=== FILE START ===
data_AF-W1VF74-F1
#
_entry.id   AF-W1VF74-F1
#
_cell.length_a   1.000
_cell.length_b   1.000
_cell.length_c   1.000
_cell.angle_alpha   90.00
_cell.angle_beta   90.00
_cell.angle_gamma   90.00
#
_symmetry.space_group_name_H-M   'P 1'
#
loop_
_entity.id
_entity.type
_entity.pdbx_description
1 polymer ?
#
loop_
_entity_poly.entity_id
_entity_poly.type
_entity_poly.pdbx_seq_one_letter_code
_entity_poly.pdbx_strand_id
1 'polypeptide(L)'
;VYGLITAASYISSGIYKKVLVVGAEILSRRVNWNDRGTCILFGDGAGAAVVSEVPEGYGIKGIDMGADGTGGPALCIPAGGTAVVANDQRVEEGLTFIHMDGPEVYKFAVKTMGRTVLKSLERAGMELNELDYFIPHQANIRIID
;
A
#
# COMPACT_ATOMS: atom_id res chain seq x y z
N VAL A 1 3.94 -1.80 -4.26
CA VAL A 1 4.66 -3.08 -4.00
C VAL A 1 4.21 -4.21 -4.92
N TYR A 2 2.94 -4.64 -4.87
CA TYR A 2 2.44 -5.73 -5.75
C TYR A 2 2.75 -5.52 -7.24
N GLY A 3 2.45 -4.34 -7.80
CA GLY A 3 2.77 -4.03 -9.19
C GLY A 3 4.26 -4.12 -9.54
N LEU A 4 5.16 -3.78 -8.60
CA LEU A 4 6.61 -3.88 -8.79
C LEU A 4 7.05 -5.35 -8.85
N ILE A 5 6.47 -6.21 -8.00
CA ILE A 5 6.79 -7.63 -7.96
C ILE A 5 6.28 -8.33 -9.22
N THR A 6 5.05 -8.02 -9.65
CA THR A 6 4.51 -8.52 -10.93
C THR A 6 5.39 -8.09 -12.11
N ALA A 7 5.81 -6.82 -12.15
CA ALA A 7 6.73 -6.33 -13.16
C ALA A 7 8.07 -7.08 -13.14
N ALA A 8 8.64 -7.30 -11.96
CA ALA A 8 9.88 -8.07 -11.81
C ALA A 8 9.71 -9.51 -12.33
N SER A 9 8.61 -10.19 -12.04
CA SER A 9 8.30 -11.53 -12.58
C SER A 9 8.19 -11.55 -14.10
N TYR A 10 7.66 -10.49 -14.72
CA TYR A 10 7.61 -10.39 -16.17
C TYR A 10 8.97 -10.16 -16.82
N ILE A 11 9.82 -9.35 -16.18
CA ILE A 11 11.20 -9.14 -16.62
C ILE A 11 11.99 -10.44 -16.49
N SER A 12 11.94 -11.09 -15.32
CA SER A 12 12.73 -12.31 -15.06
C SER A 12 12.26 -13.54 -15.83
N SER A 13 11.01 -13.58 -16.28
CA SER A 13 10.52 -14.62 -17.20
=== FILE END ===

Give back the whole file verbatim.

data_AF-W1VF74-F1
#
_entry.id   AF-W1VF74-F1
#
_cell.length_a   1.000
_cell.length_b   1.000
_cell.length_c   1.000
_cell.angle_alpha   90.00
_cell.angle_beta   90.00
_cell.angle_gamma   90.00
#
_symmetry.space_group_name_H-M   'P 1'
#
loop_
_entity.id
_entity.type
_entity.pdbx_description
1 polymer ?
#
loop_
_entity_poly.entity_id
_entity_poly.type
_entity_poly.pdbx_seq_one_letter_code
_entity_poly.pdbx_strand_id
1 'polypeptide(L)'
;VYGLITAASYISSGIYKKVLVVGAEILSRRVNWNDRGTCILFGDGAGAAVVSEVPEGYGIKGIDMGADGTGGPALCIPAGGTAVVANDQRVEEGLTFIHMDGPEVYKFAVKTMGRTVLKSLERAGMELNELDYFIPHQANIRIID
;
A
#
# COMPACT_ATOMS: atom_id res chain seq x y z
N VAL A 1 3.94 -1.80 -4.26
CA VAL A 1 4.66 -3.08 -4.00
C VAL A 1 4.21 -4.21 -4.92
N TYR A 2 2.94 -4.64 -4.87
CA TYR A 2 2.44 -5.73 -5.75
C TYR A 2 2.75 -5.52 -7.24
N GLY A 3 2.45 -4.34 -7.80
CA GLY A 3 2.77 -4.03 -9.19
C GLY A 3 4.26 -4.12 -9.54
N LEU A 4 5.16 -3.78 -8.60
CA LEU A 4 6.61 -3.88 -8.79
C LEU A 4 7.05 -5.35 -8.85
N ILE A 5 6.47 -6.21 -8.00
CA ILE A 5 6.79 -7.63 -7.96
C ILE A 5 6.28 -8.33 -9.22
N THR A 6 5.05 -8.02 -9.65
CA THR A 6 4.51 -8.52 -10.93
C THR A 6 5.39 -8.09 -12.11
N ALA A 7 5.81 -6.82 -12.15
CA ALA A 7 6.73 -6.33 -13.16
C ALA A 7 8.07 -7.08 -13.14
N ALA A 8 8.64 -7.30 -11.96
CA ALA A 8 9.88 -8.07 -11.81
C ALA A 8 9.71 -9.51 -12.33
N SER A 9 8.61 -10.19 -12.04
CA SER A 9 8.30 -11.53 -12.58
C SER A 9 8.19 -11.55 -14.10
N TYR A 10 7.66 -10.49 -14.72
CA TYR A 10 7.61 -10.39 -16.17
C TYR A 10 8.97 -10.16 -16.82
N ILE A 11 9.82 -9.35 -16.18
CA ILE A 11 11.20 -9.14 -16.62
C ILE A 11 11.99 -10.44 -16.49
N SER A 12 11.94 -11.09 -15.32
CA SER A 12 12.73 -12.31 -15.06
C SER A 12 12.26 -13.54 -15.83
N SER A 13 11.01 -13.58 -16.28
CA SER A 13 10.52 -14.62 -17.20